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Quaero Search Project Ramps up Recruitment

Quaero, a European consortium developing new search engine technologies, is ramping up recruitment of researchers.

Although some of the consortium's research activities have already begun, the starting signal for much of the work came on March 11, when the European Commission said it had no objections to the French government giving Quaero €99 million (US$157 million) in state aid.

Until that contribution, representing about half the project's budget, received approval, some labs were unable to recruit needed staff, said Quaero project leader Pieter Van Der Linden.

"There was no certainty. The publicly funded research labs weren't allowed to take on anyone at all. Now, the different organizations and companies are building up their staff and preparing a big kick-off for the team at a meeting in mid-May," he said.

Van Der Linden was speaking from Portugal, where he will present the Quaero project at a meeting for those involved in the Commission's Seventh Framework Programme (FP7) for funding European research. The meeting brings together researchers working in diverse fields, including audio-visual streaming, personalization of audio-visual content and multimedia search.

Quaero is often mischaracterized as a European attempt to build a search engine to rival Google, thanks to a speech in August 2005 by former French president Jacques Chirac. His talk of the need to use technology to fight Anglo-Saxon cultural imperialism with a joint French-German research project prompted reports that he planned to build a "Google killer."

The two countries quickly parted ways: Germany decided to fund its own research project, Theseus, to study semantic search tools.

Now Quaero's goals are less headline-grabbing -- but perhaps more far reaching. The consortium's research activities are grouped into five application areas: developing tools to search within sound and video clips; improving access to multimedia through Internet portals; automating the personalization of video-on-demand services; simplifying the archival of video, for example for journalists, and automating the creation of relevant metadata when digitizing audio and video.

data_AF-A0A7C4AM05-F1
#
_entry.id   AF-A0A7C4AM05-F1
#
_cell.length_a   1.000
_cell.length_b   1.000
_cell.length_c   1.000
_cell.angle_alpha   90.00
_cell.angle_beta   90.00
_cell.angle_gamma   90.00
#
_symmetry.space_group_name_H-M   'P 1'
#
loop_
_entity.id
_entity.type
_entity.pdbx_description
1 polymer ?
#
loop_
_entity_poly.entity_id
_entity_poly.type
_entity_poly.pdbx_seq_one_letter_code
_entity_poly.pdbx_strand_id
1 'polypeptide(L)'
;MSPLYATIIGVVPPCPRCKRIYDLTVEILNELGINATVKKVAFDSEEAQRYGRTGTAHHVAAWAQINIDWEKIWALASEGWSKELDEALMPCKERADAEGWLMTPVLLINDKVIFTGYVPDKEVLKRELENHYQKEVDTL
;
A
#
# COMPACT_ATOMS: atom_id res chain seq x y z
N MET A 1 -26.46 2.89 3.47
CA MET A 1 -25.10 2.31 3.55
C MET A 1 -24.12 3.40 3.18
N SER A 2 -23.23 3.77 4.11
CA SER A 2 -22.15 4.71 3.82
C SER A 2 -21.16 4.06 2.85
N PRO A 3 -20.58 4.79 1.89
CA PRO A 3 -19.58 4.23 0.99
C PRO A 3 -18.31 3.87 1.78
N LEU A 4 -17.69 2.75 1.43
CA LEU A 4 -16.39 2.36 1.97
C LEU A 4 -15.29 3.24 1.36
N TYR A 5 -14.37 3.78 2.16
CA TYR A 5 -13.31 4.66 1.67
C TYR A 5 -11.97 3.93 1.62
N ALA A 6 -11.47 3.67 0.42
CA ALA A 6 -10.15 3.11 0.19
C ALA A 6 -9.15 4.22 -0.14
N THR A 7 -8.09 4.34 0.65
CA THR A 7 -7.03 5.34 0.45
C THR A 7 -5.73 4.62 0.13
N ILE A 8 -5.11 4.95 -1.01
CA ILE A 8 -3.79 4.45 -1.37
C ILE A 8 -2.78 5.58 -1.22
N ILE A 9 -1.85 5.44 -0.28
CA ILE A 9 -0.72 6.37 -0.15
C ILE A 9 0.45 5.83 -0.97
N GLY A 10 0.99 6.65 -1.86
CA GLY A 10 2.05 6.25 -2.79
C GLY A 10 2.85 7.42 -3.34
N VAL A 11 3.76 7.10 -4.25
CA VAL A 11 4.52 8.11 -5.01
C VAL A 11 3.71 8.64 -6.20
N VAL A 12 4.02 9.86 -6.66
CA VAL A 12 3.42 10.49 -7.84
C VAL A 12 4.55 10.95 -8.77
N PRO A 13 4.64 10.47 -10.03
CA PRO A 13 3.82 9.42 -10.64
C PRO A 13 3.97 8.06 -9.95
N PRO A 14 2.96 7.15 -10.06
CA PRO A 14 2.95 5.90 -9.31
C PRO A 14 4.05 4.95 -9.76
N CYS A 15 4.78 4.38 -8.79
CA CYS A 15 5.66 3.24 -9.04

Some of those applications involve the creation of tools to automatically translate content, with the goal one day of enabling search engine users to discover documents, sound archives and video in one language using keywords in another.

Many companies and public institutions are involved in the research but the application areas are led by Exalead, France T�l�com, the French National Audiovisual Institute (INA), Jouve and Thomson, with support from the French National Center for Scientific Research (CNRS) and RWTH Aachen University in Germany.

Quaero is less about battling cultural imperialism and more about practical necessity: the European Union vaunts its "single market" for goods and services, but with 23 official languages spoken across 27 countries, there is no single market for search or content.

Even within the Quaero consortium, where most of the researchers are native speakers of French or German, "Our working language is English," said Van Der Linden.

That also applies to the Quaero intranet being built to unite researchers scattered across 30 or more sites, he said. There are no plans yet to put the translation tools they are developing to use outside their own labs.

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